Four Things to Look out for When Renting a Business Office

So you’ve signed your contracts, got your money, started developing your idea, and you’re looking for potential recruits. The next logical step in your business plan would be to start looking for a business office to rent. After all, all that equipment you’re going to buy and the employees you’re going to hire need a place to stay, right?

A lot of startups like to use their own home as their office, but it lacks professionalism and unless you’re a content creator that wants to focus on blogging or YouTube, you’re going to need a dedicated office to impress your business clients, investors and partners. But renting an office is no easier than picking a home or apartment to live in. There’s a lot of research involved, lots of choices, and those choices can make a very large impact on how you operate your business. Here are four different things to look out for when you invest in renting a business office.


  1. Location is key


It might not seem as important as if you had a commercial business to run, but the location is very important even for an office building. This is because you want to have relevant local services nearby such as tech companies and computer repairs in case something goes wrong at your office. You also want to be near a recruitment hotspot, such as being close to universities and colleges so you can pick up new graduates as they leave school to bolster your workforce.


  1. Evaluate the building

Many businesses fail to check the building they rent and trust in the advertising. There could be hundreds of things that are wrong with the building or unit that you plan to rent. Does the unit have a fast enough internet connection for your use? Does the building share internet or does each unit get their own line? Do you need to install more leased lines? Does the air conditioning unit need to have its air con hose fittings replaced? Do all of the lights work? These are all important when it comes to evaluating an office for what it’s worth so you can plan ahead for future building works that need to be done.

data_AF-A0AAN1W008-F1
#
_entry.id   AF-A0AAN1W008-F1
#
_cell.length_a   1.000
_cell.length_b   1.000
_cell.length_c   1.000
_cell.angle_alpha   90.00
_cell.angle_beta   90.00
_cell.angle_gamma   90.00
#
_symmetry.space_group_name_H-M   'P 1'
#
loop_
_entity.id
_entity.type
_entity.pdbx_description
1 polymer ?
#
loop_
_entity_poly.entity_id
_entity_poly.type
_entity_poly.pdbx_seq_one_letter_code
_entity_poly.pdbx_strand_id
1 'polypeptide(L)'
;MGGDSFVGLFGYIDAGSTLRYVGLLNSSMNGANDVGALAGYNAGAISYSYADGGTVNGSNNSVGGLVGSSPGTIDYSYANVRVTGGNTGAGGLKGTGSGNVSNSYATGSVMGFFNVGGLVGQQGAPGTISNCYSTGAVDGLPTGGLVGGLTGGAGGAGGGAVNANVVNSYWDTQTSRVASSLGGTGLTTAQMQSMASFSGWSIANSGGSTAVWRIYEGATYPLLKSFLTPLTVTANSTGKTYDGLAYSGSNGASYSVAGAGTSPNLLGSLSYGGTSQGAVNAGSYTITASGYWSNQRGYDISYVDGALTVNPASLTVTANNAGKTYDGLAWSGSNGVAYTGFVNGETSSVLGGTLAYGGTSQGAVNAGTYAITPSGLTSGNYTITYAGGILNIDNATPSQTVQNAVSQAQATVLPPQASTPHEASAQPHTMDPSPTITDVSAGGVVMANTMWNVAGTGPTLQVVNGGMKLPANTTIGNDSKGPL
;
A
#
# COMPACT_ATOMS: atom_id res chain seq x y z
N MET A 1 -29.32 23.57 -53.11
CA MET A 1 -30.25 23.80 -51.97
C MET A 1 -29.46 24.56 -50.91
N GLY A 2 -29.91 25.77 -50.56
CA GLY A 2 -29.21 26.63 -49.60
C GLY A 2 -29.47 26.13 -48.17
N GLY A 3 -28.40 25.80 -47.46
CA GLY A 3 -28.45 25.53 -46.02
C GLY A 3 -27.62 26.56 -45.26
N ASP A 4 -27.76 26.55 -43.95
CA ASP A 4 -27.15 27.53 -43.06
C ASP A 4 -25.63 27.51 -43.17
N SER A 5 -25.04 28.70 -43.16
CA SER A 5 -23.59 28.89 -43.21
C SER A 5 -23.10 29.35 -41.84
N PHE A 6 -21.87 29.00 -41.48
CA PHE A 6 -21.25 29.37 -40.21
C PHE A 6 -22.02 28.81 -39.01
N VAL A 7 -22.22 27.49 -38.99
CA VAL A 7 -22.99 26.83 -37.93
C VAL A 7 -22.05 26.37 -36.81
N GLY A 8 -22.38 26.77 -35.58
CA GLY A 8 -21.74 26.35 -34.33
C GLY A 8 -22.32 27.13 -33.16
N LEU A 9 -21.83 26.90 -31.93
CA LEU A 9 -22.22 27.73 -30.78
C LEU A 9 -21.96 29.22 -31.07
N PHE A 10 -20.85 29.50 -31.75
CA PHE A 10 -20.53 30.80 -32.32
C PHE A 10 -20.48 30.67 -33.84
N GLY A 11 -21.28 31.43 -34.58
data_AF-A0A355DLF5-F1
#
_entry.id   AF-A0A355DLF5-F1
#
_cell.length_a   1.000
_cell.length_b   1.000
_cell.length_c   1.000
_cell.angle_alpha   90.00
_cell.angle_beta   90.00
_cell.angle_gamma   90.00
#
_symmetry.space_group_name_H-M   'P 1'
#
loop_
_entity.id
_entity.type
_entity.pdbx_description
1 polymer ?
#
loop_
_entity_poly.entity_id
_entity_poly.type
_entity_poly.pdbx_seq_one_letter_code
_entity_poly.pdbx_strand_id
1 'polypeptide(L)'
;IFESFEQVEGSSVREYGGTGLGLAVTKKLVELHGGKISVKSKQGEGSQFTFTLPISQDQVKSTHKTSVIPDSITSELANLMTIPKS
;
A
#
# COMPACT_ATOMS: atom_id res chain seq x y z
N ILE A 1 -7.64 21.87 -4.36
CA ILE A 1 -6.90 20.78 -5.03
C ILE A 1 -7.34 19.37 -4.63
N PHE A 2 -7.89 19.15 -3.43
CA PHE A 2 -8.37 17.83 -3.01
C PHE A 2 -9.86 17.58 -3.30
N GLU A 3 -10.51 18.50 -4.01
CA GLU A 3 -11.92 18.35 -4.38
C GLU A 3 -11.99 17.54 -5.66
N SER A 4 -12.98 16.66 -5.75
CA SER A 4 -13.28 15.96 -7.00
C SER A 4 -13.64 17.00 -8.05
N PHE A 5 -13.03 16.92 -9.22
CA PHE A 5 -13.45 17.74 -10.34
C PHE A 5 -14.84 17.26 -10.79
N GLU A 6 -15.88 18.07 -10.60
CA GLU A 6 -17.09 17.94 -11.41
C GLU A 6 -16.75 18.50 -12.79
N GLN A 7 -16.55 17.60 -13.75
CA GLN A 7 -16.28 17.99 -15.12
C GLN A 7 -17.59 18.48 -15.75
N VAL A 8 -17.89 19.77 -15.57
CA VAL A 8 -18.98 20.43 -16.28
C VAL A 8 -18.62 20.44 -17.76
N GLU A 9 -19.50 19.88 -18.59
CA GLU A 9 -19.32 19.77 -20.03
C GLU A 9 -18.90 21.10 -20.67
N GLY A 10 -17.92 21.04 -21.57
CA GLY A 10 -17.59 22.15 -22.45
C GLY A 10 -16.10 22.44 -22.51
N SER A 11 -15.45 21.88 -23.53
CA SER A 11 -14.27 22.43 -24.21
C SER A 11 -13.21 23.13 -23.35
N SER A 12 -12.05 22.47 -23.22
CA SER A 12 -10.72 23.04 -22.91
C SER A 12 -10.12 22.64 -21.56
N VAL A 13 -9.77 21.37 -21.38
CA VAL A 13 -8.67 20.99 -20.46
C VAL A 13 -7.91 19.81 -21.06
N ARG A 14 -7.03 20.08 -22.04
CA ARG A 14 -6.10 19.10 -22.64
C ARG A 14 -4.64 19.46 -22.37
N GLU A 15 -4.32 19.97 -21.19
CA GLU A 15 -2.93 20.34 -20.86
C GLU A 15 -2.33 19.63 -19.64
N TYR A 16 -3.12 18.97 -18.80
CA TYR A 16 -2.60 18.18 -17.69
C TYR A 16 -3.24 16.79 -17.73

1. Too much space is bad


Determine how much space you are going to need to get your business started, but don’t get complacent and plan ahead for expansion before you even make your first sale. Try and imagine the layout required by your business and if the office you want to rent doesn’t suit it, then consider a different location or ask the landlord if you’re allowed to make renovations to the existing space.


  1. Read the lease


It is very important that you understand every word of the lease. It’s a binding contract that can be enforced by the law, so always check for extra hidden costs or expenses that your landlord hasn’t explicitly told you about. When in doubt, question your landlord and ask them about each clause that you aren’t familiar with.

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